Triple-Check For Fake News on Social Media — Learning Resources

Watch the embedded CNN video below.

Watch the embedded CNN video below.

It happens to me all the time on social media. I see something interesting that connects with what I like or want to believe, start to read it, and then I immediately start to share it with my friends. I’m learning, however, to think more about it first. Now I’m spending more time considering whether what I see and read comes from a reputable news source or if some of the details in the article can survive a fact check.

Anyone can set up a catchy name on Facebook and send out news, but these authors don’t necessarily check or even care about the facts. Here’s an what Brian Stelter on CNN has to say on the subject on his Oct 30, 2016 broadcast.                 


You can read more about this video at the CNN site.

Another complication is how to use and teach people to interact with satire sites such as The Onion or The Borowitz Report. Lots of people understand satire, but during the 2016 election, many people read satire articles and assumed they were factual.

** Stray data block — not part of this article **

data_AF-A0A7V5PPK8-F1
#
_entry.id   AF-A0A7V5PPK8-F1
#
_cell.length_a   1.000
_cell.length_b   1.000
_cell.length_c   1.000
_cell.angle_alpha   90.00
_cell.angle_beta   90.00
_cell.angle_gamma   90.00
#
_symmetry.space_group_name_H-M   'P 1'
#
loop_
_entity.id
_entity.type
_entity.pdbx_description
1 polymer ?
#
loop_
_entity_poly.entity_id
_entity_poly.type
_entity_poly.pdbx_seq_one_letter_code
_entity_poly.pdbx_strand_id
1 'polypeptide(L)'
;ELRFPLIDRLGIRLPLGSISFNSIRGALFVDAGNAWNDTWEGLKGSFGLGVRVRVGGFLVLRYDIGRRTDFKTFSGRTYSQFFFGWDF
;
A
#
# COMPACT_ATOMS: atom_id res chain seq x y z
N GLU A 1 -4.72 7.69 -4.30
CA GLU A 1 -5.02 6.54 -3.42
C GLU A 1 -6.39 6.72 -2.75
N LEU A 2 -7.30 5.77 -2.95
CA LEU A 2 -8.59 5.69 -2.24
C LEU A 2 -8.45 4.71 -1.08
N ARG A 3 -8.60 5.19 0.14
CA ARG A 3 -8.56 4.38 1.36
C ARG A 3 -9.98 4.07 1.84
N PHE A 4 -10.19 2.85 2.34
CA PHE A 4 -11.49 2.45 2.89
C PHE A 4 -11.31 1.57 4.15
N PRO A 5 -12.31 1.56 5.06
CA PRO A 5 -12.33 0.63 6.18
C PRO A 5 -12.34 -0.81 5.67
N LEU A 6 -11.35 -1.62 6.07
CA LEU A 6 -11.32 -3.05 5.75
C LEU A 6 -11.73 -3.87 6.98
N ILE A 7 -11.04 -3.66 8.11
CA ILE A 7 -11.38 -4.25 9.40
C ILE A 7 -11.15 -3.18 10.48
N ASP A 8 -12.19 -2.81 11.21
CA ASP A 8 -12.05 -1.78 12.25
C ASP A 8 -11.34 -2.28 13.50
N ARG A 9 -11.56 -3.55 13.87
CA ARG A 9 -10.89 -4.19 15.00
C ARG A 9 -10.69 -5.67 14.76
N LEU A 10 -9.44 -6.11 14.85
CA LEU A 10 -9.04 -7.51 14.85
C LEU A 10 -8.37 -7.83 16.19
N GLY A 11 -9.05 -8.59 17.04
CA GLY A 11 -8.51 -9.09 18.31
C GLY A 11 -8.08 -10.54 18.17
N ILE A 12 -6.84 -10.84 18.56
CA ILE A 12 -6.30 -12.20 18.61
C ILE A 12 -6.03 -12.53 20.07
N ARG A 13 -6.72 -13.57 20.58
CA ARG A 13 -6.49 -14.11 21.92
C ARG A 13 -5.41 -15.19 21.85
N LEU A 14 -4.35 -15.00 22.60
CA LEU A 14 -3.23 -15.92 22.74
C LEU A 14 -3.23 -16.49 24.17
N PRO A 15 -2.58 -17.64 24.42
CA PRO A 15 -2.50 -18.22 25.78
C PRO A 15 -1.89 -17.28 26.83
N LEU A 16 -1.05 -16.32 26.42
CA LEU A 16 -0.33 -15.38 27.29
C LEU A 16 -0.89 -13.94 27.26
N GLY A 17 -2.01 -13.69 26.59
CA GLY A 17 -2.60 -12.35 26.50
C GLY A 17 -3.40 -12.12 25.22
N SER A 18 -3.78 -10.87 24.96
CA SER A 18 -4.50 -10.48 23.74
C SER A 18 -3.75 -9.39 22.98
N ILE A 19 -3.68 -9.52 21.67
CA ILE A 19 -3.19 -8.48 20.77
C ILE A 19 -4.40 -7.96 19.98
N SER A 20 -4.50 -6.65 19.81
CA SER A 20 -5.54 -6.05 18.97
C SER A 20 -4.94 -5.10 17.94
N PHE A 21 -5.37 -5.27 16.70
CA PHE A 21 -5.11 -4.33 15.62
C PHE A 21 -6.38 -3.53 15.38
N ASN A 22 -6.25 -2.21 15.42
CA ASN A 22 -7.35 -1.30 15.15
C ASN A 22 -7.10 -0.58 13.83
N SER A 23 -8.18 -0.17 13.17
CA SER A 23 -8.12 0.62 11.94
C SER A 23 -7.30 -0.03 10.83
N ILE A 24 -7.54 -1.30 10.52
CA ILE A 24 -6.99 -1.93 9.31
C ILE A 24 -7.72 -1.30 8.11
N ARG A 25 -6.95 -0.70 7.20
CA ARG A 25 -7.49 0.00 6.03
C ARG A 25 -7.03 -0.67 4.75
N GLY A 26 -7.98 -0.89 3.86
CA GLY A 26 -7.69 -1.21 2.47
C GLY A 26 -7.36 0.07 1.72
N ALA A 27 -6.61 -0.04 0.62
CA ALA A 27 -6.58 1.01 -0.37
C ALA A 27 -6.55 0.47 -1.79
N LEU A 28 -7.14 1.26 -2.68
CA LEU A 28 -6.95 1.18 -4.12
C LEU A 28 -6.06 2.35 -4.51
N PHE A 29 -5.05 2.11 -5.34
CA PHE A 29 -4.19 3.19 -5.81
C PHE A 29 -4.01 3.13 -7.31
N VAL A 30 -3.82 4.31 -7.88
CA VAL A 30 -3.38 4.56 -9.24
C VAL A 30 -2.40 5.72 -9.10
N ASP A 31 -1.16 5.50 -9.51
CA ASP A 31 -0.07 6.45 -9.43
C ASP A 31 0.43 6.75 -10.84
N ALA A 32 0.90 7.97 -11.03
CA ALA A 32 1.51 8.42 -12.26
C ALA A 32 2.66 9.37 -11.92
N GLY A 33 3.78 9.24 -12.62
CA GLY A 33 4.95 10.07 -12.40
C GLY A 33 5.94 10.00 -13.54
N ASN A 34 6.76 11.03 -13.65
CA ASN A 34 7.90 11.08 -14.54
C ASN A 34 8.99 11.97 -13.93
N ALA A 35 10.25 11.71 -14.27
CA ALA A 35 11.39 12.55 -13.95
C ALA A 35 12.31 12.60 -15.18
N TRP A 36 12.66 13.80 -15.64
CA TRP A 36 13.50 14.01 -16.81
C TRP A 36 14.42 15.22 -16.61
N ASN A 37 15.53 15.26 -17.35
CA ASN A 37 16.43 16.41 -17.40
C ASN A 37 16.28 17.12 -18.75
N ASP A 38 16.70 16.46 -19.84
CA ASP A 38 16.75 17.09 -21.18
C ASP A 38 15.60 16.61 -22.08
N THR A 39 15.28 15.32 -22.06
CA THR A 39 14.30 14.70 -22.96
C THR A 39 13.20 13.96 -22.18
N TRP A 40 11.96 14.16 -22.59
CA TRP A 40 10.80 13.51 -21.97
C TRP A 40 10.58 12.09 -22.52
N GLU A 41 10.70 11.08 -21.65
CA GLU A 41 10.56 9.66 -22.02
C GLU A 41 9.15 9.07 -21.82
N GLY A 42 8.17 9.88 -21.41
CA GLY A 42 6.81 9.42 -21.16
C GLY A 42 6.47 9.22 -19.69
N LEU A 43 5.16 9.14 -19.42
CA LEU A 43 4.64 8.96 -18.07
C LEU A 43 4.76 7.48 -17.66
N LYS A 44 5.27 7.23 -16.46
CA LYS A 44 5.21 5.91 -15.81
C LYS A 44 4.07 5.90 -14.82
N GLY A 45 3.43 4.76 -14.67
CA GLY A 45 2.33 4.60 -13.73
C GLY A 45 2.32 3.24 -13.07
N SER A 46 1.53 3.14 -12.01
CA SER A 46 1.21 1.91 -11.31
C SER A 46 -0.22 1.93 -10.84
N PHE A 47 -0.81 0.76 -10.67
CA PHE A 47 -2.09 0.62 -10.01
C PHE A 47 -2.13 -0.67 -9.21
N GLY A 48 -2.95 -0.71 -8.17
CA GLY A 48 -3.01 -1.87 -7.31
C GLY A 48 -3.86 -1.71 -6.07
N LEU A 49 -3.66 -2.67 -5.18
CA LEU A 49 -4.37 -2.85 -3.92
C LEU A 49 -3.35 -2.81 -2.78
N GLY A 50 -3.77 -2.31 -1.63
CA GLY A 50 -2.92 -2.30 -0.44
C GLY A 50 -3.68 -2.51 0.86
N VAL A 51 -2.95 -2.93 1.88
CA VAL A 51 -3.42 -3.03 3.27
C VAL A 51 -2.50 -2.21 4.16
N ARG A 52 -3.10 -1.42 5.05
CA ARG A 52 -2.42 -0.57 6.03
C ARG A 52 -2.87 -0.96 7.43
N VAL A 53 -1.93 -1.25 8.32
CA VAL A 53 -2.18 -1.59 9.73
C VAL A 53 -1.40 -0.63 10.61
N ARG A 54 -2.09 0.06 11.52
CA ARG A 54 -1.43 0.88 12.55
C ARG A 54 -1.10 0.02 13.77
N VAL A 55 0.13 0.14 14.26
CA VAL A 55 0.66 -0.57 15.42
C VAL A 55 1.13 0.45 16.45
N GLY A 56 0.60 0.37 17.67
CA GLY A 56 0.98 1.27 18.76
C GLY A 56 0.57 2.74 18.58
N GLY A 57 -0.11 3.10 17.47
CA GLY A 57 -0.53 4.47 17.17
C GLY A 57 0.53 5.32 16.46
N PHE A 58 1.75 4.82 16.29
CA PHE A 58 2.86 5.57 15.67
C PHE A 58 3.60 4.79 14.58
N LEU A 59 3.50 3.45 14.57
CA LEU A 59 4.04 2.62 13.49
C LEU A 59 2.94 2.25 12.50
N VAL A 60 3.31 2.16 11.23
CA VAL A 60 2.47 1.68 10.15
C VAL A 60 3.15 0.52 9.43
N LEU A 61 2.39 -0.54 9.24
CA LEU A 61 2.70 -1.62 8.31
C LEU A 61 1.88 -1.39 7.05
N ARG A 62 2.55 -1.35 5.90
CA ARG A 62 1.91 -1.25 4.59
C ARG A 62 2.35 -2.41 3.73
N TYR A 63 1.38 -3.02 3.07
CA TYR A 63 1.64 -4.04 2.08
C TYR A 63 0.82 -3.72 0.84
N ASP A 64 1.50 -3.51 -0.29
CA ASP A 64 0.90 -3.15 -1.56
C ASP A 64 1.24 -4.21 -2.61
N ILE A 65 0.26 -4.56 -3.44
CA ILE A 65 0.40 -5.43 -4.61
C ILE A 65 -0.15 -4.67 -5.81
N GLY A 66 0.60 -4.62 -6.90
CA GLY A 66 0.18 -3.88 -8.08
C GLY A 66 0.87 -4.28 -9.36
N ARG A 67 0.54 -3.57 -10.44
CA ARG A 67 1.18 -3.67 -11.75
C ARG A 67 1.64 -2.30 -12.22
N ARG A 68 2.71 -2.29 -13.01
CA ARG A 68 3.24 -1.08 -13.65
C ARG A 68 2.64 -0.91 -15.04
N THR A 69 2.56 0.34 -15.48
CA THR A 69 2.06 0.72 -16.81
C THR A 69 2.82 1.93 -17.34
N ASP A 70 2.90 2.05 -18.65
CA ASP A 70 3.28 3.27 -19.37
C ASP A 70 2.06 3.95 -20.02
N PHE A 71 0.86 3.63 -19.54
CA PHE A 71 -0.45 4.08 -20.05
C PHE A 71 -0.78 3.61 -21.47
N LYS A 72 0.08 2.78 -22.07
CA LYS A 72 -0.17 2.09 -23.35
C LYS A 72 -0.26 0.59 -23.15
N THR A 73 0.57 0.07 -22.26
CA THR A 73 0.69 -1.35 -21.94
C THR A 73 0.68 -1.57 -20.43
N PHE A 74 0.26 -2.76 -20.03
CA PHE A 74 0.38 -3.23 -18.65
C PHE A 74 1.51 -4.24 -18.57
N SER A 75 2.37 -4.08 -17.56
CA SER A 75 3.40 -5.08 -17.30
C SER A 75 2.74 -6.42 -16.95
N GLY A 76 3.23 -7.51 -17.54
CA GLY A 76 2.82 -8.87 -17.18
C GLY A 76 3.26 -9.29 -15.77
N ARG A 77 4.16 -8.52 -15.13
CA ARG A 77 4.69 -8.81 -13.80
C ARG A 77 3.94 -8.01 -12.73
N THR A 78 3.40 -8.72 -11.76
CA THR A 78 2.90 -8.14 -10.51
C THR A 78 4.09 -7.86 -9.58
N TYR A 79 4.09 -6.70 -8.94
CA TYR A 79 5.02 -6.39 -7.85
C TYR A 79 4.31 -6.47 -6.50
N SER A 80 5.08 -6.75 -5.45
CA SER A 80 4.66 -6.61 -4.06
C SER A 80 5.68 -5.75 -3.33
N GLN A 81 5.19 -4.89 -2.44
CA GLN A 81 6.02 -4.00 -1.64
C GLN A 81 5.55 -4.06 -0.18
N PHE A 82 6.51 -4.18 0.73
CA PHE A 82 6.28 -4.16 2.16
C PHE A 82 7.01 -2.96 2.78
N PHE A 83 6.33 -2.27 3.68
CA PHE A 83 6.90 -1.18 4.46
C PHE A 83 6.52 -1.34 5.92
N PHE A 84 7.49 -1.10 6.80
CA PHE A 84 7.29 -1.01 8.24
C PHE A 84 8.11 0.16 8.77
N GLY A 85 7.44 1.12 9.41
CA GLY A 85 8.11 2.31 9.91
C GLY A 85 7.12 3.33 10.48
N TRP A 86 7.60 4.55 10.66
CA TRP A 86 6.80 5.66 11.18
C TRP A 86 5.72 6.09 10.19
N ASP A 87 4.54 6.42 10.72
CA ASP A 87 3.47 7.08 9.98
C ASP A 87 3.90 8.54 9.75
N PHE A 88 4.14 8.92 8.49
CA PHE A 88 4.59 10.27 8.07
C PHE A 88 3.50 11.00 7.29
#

Bottom line? Media literacy training is critical for everyone in the digital world.

Other Resources to Read

3 thoughts on “Triple-Check For Fake News on Social Media — Learning Resources

  1. Pingback: Teaching Media Literacy Now | School Library Journal

    • Watch Brian Stelter’s video where he makes some suggestions. Beyond that, you can check to see — with a fast Google search — if what you are reading is picked up by other media such as CNN, any large-circulation newspaper, NBC or CBS, NPR, or Fox news. If none of these have picked or have news stories about the news you saw on Facebook, there is reason for caution when it comes to sharing. This is the same rule that kids learn when they write their research papers — always confirm before you conclude.

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